MethaneEconomy_Cover(A4) Courtesy: Gateway House
16 July 2019

The Methane Economy

The United Nations’ 2015 Paris Agreement called for the immediate sequestration of atmospheric anthropogenic greenhouse gases to help avert serious environmental degradation. India can take the lead in this because it is the second largest emitter of methane. Of all the natural greenhouse gases, methane is the hardiest. Technological advances are making it possible to crack methane into gaseous hydrogen and solid carbon on a commercial scale. Methane cracking can provide a steady supply of hydrogen for futuristic transportation and solid carbon materials — graphene, carbon nanotubes, synthetic diamonds — which are integral to the marine, aerospace and space industries. The commercial benefits apart, methane cracking will also go a long way in meeting the Paris Agreement’s climate change mitigation objectives. This paper offers some concrete recommendations that can help the government of India shape national legislation and global geoeconomic strategies

shutterstock_765921106 Courtesy: Shutterstock
11 July 2019

Making India a Methane Economy

India is the second largest emitter of methane in the world. But methane-cracking has enormous economic potential. It can help India become a high-technology manufacturing powerhouse by producing a steady supply of methane-derived, advanced carbon materials and hydrogen-energized transportation

shutterstock_1042736410 Courtesy: Shutterstock
11 July 2019

Chandrayaan-2: presaging private participation

On 15 July, the Indian space programme will achieve a feat with the Chandrayaan-2 mission. Two challenges lie ahead: the speedy construction of Chandrayaan-3 and the development of a public-private ecosystem of space capabilities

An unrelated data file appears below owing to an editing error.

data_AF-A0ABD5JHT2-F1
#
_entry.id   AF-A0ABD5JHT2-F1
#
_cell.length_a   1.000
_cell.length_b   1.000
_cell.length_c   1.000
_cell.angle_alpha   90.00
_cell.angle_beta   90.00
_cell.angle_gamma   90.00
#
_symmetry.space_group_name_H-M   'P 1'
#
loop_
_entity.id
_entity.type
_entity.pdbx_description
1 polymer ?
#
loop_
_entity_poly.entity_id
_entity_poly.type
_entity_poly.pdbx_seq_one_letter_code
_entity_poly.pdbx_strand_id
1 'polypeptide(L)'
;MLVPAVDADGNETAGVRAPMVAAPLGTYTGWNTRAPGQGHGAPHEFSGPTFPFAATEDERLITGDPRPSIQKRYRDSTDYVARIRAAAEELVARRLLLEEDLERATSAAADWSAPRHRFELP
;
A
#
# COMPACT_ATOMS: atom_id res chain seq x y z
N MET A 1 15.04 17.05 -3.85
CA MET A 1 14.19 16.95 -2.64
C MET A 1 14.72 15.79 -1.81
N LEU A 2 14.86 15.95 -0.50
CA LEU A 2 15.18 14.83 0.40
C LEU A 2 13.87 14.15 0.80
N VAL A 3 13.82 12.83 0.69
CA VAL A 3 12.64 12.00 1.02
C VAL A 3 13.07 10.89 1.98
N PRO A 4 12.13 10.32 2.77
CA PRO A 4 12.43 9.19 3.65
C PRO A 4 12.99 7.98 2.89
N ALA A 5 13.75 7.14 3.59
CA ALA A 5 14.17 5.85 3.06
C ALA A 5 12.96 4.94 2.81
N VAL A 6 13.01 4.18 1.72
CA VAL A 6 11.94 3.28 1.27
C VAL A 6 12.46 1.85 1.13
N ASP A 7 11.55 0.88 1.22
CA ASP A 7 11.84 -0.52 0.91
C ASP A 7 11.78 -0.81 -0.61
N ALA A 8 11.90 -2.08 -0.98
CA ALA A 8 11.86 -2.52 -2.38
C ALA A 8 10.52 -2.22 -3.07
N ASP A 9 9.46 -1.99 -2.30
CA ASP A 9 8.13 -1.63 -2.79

Mainimage(2) Courtesy: Gateway House
4 July 2019

Decoding data localisation

Data localisation, or the practice of physically storing data on servers located within a country, has become a subject of robust debate after India introduced data localisation provisions in its domestic laws. India’s position is not unique; China and Russia too have similar laws. It has pitted countries against each other. This Gateway House primer explains the complexities of data localisation and its elements

Open Embrace Courtesy: Penguin
4 July 2019

Open Embrace: India-U.S. Ties in the Age of Modi and Trump

This book offers a ringside view of evolving Indo-U.S. ties under two conservative leaders, both engaged in mixing nationalism, religion and populism to advance the global capitalist order. The title points to an interesting departure from the more orthodox view of the bilateral relationship, which is usually from the prism of discord or estrangement

46118329451_16cf134eac_o Courtesy: MEA/Flickr
27 June 2019

Gateway House on the G20

The 2019 G20 Summit in Osaka on June 28-29, is the 14th meeting of the Group of 20 leaders. The G20 is the world’s most influential economic multilateral forum. It is the agenda-setting forum that develops and guides rules of global economic governance. Under the Japanese Presidency, this summit will be the first to discuss and establish the rules for the worldwide governance of data, including current hot-button issues like data localisation and data sovereignty. India has both a preparatory and a contributory role to play in the G20 this year. For in 2022, it will be the President of the G20. India must identify its agenda early on; its a weighty responsibility but also an opportunity to set the global economic agenda.

shutterstock_1043745040 Courtesy: Shutterstock
27 June 2019

An amplified India-Australia security

The U.S.-China trade dispute and Australia’s concerns about China’s growing influence in its internal affairs and the neighbourhood present an opportunity for New Delhi and Canberra to step up their security engagement, bilaterally, and in the Indo-Pacific